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Are you taking too many NSAIDs?

Last Modified: October 04, 2021

Family Medicine


This post was written by Caitlyn Patton, PharmD candidate, Parkview Health.

NSAIDs account for approximately 5-10% of all medications prescribed each year. This doesn’t account for those utilizing this class of medicine in an over-the-counter form at their own discretion. It’s important to know the proper applications and limitations of NSAIDS, so that you can avoid the potentially harmful effects of NSAID toxicity.

What are NSAIDs?

NSAID stands for “non-steroidal anti-inflammatory drug.” NSAIDs can help alleviate pain, lower temperature and decrease inflammation. Common uses are for arthritic pain, muscle aches, menstrual cramps and fever reduction.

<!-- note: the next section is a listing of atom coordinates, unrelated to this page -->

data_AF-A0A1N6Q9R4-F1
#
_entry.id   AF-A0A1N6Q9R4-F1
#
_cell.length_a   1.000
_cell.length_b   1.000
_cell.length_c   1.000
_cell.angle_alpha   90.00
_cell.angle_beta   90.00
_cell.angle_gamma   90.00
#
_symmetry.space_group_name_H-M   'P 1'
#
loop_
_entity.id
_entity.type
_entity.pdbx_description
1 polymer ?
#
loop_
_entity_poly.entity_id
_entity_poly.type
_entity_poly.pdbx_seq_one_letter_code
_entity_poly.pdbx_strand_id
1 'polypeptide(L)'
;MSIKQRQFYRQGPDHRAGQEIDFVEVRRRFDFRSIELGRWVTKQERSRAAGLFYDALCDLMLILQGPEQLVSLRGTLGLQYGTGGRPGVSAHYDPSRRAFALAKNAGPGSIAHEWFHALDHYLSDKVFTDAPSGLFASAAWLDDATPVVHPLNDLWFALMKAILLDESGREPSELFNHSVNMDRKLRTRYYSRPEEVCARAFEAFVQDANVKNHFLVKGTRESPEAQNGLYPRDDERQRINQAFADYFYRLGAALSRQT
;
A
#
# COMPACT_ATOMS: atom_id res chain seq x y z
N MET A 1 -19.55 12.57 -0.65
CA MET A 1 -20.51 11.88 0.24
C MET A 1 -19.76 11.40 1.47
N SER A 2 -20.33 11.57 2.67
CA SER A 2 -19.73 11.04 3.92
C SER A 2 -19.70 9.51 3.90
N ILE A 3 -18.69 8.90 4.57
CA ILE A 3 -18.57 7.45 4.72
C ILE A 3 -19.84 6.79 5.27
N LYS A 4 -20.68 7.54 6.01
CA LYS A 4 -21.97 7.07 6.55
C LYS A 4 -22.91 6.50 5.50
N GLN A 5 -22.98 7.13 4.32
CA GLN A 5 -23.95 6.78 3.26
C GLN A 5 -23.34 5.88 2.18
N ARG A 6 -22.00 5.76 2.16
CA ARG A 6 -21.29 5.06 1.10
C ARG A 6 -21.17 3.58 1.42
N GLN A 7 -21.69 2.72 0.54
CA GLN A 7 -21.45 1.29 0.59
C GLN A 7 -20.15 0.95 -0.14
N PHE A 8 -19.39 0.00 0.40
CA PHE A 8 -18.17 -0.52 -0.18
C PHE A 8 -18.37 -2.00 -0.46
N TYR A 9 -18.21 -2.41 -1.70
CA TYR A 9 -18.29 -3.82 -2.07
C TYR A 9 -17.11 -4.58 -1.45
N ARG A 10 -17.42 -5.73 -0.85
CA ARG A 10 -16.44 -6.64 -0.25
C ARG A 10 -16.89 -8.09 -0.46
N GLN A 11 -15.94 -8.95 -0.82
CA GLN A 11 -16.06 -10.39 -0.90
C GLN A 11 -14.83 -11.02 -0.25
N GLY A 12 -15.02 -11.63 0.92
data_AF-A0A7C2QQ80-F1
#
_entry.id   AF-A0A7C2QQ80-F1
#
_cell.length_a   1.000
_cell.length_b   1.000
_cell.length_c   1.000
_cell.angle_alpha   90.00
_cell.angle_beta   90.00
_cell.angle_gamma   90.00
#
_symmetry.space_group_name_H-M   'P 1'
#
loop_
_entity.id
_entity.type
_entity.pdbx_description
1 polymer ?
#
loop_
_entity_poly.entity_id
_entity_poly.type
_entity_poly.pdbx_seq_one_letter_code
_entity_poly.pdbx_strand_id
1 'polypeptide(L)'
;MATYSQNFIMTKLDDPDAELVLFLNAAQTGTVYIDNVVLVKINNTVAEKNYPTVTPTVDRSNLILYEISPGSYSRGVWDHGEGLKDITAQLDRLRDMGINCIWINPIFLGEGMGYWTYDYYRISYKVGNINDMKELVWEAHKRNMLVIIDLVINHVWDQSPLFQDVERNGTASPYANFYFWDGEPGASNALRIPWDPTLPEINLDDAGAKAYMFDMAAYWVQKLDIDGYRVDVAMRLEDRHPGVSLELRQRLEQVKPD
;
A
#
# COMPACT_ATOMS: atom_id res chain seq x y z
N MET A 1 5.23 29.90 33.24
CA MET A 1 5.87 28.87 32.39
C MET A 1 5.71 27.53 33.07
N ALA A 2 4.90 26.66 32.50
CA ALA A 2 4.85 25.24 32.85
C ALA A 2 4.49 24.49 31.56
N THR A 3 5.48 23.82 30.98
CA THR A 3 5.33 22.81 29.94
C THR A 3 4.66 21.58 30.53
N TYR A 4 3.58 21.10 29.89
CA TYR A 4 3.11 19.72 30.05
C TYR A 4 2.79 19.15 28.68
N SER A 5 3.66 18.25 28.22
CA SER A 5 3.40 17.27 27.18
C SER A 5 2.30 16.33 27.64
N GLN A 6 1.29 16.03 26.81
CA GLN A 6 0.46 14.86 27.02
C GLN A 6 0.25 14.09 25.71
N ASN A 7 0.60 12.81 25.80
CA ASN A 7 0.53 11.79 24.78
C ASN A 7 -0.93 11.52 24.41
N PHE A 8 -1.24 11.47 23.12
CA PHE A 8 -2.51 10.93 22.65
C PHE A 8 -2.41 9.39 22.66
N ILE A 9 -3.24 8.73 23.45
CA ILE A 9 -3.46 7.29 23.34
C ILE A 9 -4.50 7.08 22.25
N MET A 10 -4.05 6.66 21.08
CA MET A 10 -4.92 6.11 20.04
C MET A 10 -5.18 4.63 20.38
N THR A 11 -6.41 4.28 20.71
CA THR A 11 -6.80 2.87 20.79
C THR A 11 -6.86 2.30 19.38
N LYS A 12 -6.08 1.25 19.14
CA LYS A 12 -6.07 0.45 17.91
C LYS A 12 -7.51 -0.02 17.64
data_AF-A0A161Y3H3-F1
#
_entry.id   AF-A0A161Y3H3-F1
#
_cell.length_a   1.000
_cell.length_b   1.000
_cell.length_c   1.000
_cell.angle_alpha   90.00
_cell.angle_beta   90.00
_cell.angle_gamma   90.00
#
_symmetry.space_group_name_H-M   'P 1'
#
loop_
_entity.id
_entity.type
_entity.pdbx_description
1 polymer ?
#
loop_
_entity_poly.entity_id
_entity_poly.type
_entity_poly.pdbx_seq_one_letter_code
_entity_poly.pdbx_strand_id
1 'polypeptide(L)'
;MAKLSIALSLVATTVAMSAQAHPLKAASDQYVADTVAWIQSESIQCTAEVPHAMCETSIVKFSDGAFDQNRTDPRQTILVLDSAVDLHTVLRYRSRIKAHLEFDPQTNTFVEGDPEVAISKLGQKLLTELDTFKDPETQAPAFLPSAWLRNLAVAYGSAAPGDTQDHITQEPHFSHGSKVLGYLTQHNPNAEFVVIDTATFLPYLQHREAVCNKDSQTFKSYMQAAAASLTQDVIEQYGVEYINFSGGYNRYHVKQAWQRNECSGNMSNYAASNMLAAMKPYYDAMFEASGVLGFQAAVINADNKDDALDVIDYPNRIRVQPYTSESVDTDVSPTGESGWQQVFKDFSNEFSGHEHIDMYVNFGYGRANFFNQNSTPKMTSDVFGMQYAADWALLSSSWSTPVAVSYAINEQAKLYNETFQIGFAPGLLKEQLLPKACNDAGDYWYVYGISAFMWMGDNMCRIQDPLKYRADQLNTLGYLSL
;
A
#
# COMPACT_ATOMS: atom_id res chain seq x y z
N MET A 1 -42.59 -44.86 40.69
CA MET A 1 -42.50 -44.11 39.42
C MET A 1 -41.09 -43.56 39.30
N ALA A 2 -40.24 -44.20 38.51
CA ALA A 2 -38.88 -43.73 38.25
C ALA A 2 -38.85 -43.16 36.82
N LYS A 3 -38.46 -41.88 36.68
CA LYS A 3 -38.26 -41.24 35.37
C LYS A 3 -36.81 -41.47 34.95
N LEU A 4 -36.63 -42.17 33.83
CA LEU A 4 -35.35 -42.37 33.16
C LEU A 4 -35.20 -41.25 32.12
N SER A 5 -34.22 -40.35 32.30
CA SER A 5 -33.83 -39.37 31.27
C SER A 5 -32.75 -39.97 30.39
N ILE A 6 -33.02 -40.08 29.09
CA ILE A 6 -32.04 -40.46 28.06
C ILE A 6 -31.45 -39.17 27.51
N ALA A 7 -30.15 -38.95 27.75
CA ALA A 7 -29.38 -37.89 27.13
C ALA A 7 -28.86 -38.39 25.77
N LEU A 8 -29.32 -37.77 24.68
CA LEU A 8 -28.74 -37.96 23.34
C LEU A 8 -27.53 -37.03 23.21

How do NSAIDs work?

NSAIDS are a COX inhibitor, which means that the main mechanism involves the inhibition of an enzyme called cycloxygenase, or COX. This enzyme is needed to convert arachidonic acid to prostaglandins. The blocking helps decrease inflammation, pain and fever.

Common NSAIDs

There are a variety of both generic and brand name NSAIDs on the market. Some of the most popular include:

  • Advil®/Motrin® - ibuprofen
  • Aleve® - naproxen
  • Bayer® - aspirin
  • Celebrex® - celecoxib
How much NSAID is safe to take in a day?

The maximum safe recommendation for ibuprofen is 3200 mg per day and 1500 mg for naproxen. Don't use NSAIDs for more than 3-4 days for fever, or 10 days for pain, unless directed by your doctor.

What is NSAID toxicity?

The most common signs in an acute toxicity are nausea, vomiting, drowsiness and dizziness. Another concern associated with NSAIDs is gastrointestinal bleeding. In severe cases, some patients may experience seizures, issues with kidneys, and cardiovascular issues like low blood pressure.


Additional resource:

Cleveland Clinic


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